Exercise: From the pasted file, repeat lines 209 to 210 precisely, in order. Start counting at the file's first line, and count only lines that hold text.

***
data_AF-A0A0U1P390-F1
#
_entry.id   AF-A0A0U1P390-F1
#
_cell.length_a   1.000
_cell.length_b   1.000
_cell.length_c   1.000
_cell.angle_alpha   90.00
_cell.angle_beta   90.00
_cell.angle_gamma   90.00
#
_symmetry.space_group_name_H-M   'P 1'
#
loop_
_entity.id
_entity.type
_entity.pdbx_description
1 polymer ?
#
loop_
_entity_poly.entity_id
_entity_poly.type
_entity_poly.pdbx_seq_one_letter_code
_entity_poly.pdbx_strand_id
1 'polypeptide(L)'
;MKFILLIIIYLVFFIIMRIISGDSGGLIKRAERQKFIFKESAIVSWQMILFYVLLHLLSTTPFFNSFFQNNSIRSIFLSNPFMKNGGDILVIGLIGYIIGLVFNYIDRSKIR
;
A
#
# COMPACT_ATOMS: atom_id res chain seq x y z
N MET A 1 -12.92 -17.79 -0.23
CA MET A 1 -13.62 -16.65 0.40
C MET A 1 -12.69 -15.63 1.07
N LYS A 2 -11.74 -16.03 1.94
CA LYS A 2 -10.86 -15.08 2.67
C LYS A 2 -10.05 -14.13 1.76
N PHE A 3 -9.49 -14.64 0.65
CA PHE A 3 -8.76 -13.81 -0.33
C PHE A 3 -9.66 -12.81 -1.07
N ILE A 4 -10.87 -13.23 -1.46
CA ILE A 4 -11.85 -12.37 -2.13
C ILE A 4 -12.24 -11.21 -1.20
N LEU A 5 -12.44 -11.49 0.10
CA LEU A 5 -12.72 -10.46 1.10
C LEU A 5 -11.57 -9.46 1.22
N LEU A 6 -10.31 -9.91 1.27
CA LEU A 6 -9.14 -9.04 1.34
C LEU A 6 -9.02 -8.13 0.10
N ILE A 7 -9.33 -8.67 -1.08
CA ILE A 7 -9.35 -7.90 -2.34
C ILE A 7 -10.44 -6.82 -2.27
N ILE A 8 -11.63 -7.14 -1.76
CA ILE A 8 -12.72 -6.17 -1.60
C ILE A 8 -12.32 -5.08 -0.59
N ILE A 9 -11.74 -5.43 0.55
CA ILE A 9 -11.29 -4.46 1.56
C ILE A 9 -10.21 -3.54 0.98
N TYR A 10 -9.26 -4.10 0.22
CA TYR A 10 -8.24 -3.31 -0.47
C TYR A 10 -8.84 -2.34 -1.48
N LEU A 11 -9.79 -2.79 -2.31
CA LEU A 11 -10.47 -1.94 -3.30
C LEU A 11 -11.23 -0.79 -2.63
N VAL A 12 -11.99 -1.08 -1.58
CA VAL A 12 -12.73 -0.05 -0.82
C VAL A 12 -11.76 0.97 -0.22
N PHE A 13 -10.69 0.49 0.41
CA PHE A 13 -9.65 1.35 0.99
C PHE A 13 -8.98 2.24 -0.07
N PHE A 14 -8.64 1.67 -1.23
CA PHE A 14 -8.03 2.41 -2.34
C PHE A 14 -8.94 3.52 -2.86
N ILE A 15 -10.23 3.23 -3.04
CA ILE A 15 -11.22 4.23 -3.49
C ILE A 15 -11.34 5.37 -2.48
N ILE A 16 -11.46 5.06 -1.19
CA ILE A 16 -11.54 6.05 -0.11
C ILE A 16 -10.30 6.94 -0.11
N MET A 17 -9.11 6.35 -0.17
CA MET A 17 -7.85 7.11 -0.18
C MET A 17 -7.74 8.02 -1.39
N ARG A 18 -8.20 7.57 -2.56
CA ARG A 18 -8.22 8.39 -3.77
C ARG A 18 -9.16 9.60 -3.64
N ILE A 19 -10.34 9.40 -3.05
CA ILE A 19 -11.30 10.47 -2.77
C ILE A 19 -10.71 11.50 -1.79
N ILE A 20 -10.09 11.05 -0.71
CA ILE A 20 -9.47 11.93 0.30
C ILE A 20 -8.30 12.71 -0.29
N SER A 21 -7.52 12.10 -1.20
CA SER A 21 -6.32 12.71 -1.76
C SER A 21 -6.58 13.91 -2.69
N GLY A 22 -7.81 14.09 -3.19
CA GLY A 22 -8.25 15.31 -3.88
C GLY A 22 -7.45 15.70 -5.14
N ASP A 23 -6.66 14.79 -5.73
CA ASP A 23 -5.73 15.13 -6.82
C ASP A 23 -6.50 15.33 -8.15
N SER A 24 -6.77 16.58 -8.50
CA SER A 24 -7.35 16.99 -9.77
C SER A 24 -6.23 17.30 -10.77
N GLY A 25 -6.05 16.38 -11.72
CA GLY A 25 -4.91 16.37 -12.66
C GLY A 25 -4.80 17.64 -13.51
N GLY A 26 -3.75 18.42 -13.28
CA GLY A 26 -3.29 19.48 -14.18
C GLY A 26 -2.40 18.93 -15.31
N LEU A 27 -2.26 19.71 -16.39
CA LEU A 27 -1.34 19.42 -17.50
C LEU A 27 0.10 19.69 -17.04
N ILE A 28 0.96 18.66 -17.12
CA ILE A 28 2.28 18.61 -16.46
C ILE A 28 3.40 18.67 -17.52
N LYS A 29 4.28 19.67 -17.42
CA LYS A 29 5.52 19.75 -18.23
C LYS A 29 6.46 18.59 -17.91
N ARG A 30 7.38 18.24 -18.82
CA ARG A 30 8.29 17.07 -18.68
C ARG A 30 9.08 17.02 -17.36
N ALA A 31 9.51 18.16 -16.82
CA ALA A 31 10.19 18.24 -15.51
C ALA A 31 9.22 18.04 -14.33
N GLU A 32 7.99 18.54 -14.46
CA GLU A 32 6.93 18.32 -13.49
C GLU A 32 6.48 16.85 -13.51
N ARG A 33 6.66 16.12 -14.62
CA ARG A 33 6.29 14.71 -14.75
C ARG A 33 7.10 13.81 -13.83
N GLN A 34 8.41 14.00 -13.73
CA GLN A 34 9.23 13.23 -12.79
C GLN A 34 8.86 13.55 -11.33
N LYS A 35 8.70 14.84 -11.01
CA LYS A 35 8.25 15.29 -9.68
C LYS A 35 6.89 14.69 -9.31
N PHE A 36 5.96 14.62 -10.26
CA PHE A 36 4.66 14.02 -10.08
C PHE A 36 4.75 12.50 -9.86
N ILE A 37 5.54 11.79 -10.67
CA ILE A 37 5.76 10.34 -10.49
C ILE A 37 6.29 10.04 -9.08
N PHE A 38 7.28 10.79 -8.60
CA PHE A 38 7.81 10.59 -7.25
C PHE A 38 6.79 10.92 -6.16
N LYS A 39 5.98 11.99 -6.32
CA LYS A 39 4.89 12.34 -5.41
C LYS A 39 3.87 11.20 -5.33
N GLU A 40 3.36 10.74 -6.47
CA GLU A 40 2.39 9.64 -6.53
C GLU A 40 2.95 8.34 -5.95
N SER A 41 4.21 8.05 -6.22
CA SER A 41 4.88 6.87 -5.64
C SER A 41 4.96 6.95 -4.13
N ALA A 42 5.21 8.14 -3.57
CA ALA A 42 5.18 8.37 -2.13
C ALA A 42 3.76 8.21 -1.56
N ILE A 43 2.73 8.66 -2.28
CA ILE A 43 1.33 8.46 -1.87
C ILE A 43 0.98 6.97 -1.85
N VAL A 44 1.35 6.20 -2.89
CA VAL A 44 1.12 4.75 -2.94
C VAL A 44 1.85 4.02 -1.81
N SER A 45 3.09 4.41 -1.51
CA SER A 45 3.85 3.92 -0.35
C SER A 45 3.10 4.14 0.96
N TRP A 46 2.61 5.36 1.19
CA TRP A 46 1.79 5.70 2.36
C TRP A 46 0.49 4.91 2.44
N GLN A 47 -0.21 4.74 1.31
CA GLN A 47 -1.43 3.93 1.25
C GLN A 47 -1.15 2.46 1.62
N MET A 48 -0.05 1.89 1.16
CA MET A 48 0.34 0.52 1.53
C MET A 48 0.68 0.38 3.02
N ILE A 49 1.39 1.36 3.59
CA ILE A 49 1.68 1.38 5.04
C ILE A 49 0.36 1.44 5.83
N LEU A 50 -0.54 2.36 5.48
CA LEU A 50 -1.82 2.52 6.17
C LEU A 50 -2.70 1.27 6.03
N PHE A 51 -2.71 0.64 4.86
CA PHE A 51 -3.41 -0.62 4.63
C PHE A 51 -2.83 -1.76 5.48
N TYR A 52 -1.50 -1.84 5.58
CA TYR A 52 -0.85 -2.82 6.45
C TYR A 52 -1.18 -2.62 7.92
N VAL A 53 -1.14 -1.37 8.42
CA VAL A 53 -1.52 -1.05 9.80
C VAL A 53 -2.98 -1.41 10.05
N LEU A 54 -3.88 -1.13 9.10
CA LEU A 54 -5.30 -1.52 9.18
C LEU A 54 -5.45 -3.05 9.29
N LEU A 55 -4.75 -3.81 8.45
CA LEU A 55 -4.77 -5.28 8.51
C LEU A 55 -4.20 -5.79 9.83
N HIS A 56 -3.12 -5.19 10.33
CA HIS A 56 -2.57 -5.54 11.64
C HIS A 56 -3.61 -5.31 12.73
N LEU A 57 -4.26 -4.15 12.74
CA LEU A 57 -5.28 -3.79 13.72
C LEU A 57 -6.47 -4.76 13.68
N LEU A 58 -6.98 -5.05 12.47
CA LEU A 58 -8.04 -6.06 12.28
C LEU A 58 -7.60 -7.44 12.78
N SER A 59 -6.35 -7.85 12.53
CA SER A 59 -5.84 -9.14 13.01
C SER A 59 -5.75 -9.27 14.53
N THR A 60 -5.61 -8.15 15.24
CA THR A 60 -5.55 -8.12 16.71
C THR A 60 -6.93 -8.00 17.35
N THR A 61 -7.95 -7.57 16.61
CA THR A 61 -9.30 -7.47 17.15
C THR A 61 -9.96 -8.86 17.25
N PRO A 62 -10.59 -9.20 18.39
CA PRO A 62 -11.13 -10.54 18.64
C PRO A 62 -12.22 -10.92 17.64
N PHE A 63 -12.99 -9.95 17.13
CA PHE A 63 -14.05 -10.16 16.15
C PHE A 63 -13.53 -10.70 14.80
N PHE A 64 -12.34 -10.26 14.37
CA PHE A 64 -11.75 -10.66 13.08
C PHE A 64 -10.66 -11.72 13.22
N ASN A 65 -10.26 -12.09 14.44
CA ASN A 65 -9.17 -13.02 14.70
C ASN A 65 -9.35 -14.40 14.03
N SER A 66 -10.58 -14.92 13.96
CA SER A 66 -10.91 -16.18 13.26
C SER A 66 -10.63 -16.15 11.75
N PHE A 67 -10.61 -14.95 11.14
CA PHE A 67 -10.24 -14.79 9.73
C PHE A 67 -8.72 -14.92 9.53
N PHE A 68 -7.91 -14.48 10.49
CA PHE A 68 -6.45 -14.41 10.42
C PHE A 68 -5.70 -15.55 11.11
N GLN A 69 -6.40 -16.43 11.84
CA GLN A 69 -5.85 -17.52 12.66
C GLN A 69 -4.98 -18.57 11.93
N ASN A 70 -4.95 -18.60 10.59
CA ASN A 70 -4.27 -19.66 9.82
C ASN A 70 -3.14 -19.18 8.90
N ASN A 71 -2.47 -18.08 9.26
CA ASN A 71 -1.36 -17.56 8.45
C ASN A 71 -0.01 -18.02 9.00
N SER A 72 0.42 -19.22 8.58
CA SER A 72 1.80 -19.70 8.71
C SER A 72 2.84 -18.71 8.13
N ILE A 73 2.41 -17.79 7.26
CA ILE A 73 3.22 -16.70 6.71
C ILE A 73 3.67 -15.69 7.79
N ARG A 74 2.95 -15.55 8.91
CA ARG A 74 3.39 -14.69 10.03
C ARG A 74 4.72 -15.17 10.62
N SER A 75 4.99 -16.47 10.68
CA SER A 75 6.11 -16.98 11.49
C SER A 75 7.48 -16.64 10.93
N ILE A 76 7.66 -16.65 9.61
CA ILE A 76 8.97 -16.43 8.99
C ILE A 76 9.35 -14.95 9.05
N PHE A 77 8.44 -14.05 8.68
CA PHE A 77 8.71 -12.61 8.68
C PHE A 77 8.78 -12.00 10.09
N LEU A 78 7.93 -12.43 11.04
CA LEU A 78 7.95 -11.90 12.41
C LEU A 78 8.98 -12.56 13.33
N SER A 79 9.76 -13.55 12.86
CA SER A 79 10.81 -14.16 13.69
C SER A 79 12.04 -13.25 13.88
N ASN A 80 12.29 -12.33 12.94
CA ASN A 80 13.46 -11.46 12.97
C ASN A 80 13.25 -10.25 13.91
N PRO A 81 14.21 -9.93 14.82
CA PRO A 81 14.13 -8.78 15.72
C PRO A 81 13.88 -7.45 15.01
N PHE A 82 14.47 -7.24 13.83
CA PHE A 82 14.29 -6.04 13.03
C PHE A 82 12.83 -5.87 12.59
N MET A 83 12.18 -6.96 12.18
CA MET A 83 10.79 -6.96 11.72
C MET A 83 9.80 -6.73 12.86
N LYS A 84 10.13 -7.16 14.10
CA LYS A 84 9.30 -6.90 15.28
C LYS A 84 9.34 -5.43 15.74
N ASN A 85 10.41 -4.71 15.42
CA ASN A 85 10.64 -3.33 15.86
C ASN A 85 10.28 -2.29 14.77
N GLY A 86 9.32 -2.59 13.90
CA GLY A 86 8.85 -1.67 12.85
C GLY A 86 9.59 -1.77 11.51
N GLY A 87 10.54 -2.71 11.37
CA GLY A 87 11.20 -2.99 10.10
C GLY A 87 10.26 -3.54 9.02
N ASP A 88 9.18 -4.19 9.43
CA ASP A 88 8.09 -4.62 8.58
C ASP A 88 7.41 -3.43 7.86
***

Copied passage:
CA THR A 60 -5.55 -8.12 16.71
C THR A 60 -6.93 -8.00 17.35